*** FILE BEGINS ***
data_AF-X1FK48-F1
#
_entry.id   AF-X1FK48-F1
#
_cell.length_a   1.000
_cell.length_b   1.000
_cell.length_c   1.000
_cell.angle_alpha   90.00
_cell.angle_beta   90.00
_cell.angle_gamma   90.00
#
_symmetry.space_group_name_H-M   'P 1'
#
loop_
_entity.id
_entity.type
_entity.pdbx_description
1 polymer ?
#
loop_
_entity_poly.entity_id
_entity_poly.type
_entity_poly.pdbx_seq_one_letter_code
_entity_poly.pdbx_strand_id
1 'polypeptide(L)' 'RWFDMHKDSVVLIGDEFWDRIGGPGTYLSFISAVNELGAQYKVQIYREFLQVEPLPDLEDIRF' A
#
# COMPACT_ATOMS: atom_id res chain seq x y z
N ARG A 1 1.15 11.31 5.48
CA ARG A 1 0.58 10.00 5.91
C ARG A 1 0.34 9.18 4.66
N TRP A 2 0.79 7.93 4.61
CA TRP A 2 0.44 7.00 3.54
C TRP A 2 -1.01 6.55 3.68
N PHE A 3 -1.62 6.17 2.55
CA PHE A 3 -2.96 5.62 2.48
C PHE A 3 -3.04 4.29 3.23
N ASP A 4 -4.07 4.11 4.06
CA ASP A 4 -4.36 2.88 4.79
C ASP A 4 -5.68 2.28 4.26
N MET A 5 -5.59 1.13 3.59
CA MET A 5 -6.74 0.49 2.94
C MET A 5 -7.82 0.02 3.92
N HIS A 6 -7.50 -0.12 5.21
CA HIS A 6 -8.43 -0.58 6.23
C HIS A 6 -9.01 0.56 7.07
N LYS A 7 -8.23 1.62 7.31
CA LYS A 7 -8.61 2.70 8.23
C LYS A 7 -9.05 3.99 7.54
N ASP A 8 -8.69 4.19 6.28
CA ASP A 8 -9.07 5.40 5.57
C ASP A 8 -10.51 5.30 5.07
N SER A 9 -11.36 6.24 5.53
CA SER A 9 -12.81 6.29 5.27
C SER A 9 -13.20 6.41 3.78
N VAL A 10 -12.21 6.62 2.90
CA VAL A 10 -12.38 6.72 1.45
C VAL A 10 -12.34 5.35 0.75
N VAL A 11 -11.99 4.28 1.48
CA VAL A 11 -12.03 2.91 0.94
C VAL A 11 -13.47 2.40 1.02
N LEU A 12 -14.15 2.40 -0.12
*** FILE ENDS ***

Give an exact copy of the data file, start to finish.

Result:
data_AF-X1FK48-F1
#
_entry.id   AF-X1FK48-F1
#
_cell.length_a   1.000
_cell.length_b   1.000
_cell.length_c   1.000
_cell.angle_alpha   90.00
_cell.angle_beta   90.00
_cell.angle_gamma   90.00
#
_symmetry.space_group_name_H-M   'P 1'
#
loop_
_entity.id
_entity.type
_entity.pdbx_description
1 polymer ?
#
loop_
_entity_poly.entity_id
_entity_poly.type
_entity_poly.pdbx_seq_one_letter_code
_entity_poly.pdbx_strand_id
1 'polypeptide(L)' 'RWFDMHKDSVVLIGDEFWDRIGGPGTYLSFISAVNELGAQYKVQIYREFLQVEPLPDLEDIRF' A
#
# COMPACT_ATOMS: atom_id res chain seq x y z
N ARG A 1 1.15 11.31 5.48
CA ARG A 1 0.58 10.00 5.91
C ARG A 1 0.34 9.18 4.66
N TRP A 2 0.79 7.93 4.61
CA TRP A 2 0.44 7.00 3.54
C TRP A 2 -1.01 6.55 3.68
N PHE A 3 -1.62 6.17 2.55
CA PHE A 3 -2.96 5.62 2.48
C PHE A 3 -3.04 4.29 3.23
N ASP A 4 -4.07 4.11 4.06
CA ASP A 4 -4.36 2.88 4.79
C ASP A 4 -5.68 2.28 4.26
N MET A 5 -5.59 1.13 3.59
CA MET A 5 -6.74 0.49 2.94
C MET A 5 -7.82 0.02 3.92
N HIS A 6 -7.50 -0.12 5.21
CA HIS A 6 -8.43 -0.58 6.23
C HIS A 6 -9.01 0.56 7.07
N LYS A 7 -8.23 1.62 7.31
CA LYS A 7 -8.61 2.70 8.23
C LYS A 7 -9.05 3.99 7.54
N ASP A 8 -8.69 4.19 6.28
CA ASP A 8 -9.07 5.40 5.57
C ASP A 8 -10.51 5.30 5.07
N SER A 9 -11.36 6.24 5.53
CA SER A 9 -12.81 6.29 5.27
C SER A 9 -13.20 6.41 3.78
N VAL A 10 -12.21 6.62 2.90
CA VAL A 10 -12.38 6.72 1.45
C VAL A 10 -12.34 5.35 0.75
N VAL A 11 -11.99 4.28 1.48
CA VAL A 11 -12.03 2.91 0.94
C VAL A 11 -13.47 2.40 1.02
N LEU A 12 -14.15 2.40 -0.12